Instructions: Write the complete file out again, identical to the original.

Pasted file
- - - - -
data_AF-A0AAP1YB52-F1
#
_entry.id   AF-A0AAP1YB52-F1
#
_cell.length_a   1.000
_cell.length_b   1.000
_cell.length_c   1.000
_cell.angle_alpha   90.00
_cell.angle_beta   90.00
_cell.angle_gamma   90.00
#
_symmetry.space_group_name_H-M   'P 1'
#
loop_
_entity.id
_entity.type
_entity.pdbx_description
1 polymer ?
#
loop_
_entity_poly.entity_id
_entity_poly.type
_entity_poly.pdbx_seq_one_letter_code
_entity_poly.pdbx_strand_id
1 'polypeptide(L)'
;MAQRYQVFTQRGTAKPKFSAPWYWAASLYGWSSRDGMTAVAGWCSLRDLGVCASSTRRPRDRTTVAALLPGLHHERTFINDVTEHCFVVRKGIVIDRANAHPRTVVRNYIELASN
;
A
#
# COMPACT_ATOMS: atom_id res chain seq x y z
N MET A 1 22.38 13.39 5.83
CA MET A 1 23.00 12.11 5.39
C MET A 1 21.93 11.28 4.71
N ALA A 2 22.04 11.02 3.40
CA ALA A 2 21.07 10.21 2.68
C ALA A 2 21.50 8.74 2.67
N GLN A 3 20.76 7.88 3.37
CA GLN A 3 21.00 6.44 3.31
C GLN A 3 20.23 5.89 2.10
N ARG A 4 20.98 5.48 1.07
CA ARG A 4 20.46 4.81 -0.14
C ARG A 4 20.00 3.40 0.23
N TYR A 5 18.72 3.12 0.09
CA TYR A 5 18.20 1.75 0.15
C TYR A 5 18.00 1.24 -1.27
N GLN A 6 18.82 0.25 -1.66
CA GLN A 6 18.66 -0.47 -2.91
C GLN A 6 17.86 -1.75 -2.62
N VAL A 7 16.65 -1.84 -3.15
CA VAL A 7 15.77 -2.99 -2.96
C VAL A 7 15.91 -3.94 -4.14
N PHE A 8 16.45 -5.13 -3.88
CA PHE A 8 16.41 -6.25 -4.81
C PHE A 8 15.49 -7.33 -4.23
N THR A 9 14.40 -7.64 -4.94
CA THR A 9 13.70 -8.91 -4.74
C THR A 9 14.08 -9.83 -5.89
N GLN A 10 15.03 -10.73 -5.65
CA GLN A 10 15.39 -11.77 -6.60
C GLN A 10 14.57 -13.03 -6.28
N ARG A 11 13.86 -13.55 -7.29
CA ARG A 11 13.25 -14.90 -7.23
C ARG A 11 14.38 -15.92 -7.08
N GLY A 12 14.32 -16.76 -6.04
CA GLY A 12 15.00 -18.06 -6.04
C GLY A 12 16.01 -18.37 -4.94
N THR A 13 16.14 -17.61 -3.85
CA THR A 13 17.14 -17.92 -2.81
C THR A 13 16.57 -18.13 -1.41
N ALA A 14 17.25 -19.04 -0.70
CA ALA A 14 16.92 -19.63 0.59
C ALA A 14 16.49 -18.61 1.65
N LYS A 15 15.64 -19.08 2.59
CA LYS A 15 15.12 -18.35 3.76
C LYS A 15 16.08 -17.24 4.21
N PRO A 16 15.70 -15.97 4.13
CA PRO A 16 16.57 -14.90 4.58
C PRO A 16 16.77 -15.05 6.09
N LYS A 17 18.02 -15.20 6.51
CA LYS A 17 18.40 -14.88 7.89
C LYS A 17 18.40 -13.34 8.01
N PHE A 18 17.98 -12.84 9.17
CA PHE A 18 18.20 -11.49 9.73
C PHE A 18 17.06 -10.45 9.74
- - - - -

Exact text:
data_AF-A0AAP1YB52-F1
#
_entry.id   AF-A0AAP1YB52-F1
#
_cell.length_a   1.000
_cell.length_b   1.000
_cell.length_c   1.000
_cell.angle_alpha   90.00
_cell.angle_beta   90.00
_cell.angle_gamma   90.00
#
_symmetry.space_group_name_H-M   'P 1'
#
loop_
_entity.id
_entity.type
_entity.pdbx_description
1 polymer ?
#
loop_
_entity_poly.entity_id
_entity_poly.type
_entity_poly.pdbx_seq_one_letter_code
_entity_poly.pdbx_strand_id
1 'polypeptide(L)'
;MAQRYQVFTQRGTAKPKFSAPWYWAASLYGWSSRDGMTAVAGWCSLRDLGVCASSTRRPRDRTTVAALLPGLHHERTFINDVTEHCFVVRKGIVIDRANAHPRTVVRNYIELASN
;
A
#
# COMPACT_ATOMS: atom_id res chain seq x y z
N MET A 1 22.38 13.39 5.83
CA MET A 1 23.00 12.11 5.39
C MET A 1 21.93 11.28 4.71
N ALA A 2 22.04 11.02 3.40
CA ALA A 2 21.07 10.21 2.68
C ALA A 2 21.50 8.74 2.67
N GLN A 3 20.76 7.88 3.37
CA GLN A 3 21.00 6.44 3.31
C GLN A 3 20.23 5.89 2.10
N ARG A 4 20.98 5.48 1.07
CA ARG A 4 20.46 4.81 -0.14
C ARG A 4 20.00 3.40 0.23
N TYR A 5 18.72 3.12 0.09
CA TYR A 5 18.20 1.75 0.15
C TYR A 5 18.00 1.24 -1.27
N GLN A 6 18.82 0.25 -1.66
CA GLN A 6 18.66 -0.47 -2.91
C GLN A 6 17.86 -1.75 -2.62
N VAL A 7 16.65 -1.84 -3.15
CA VAL A 7 15.77 -2.99 -2.96
C VAL A 7 15.91 -3.94 -4.14
N PHE A 8 16.45 -5.13 -3.88
CA PHE A 8 16.41 -6.25 -4.81
C PHE A 8 15.49 -7.33 -4.23
N THR A 9 14.40 -7.64 -4.94
CA THR A 9 13.70 -8.91 -4.74
C THR A 9 14.08 -9.83 -5.89
N GLN A 10 15.03 -10.73 -5.65
CA GLN A 10 15.39 -11.77 -6.60
C GLN A 10 14.57 -13.03 -6.28
N ARG A 11 13.86 -13.55 -7.29
CA ARG A 11 13.25 -14.90 -7.23
C ARG A 11 14.38 -15.92 -7.08
N GLY A 12 14.32 -16.76 -6.04
CA GLY A 12 15.00 -18.06 -6.04
C GLY A 12 16.01 -18.37 -4.94
N THR A 13 16.14 -17.61 -3.85
CA THR A 13 17.14 -17.92 -2.81
C THR A 13 16.57 -18.13 -1.41
N ALA A 14 17.25 -19.04 -0.70
CA ALA A 14 16.92 -19.63 0.59
C ALA A 14 16.49 -18.61 1.65
N LYS A 15 15.64 -19.08 2.59
CA LYS A 15 15.12 -18.35 3.76
C LYS A 15 16.08 -17.24 4.21
N PRO A 16 15.70 -15.97 4.13
CA PRO A 16 16.57 -14.90 4.58
C PRO A 16 16.77 -15.05 6.09
N LYS A 17 18.02 -15.20 6.51
CA LYS A 17 18.40 -14.88 7.89
C LYS A 17 18.40 -13.34 8.01
N PHE A 18 17.98 -12.84 9.17
CA PHE A 18 18.20 -11.49 9.73
C PHE A 18 17.06 -10.45 9.74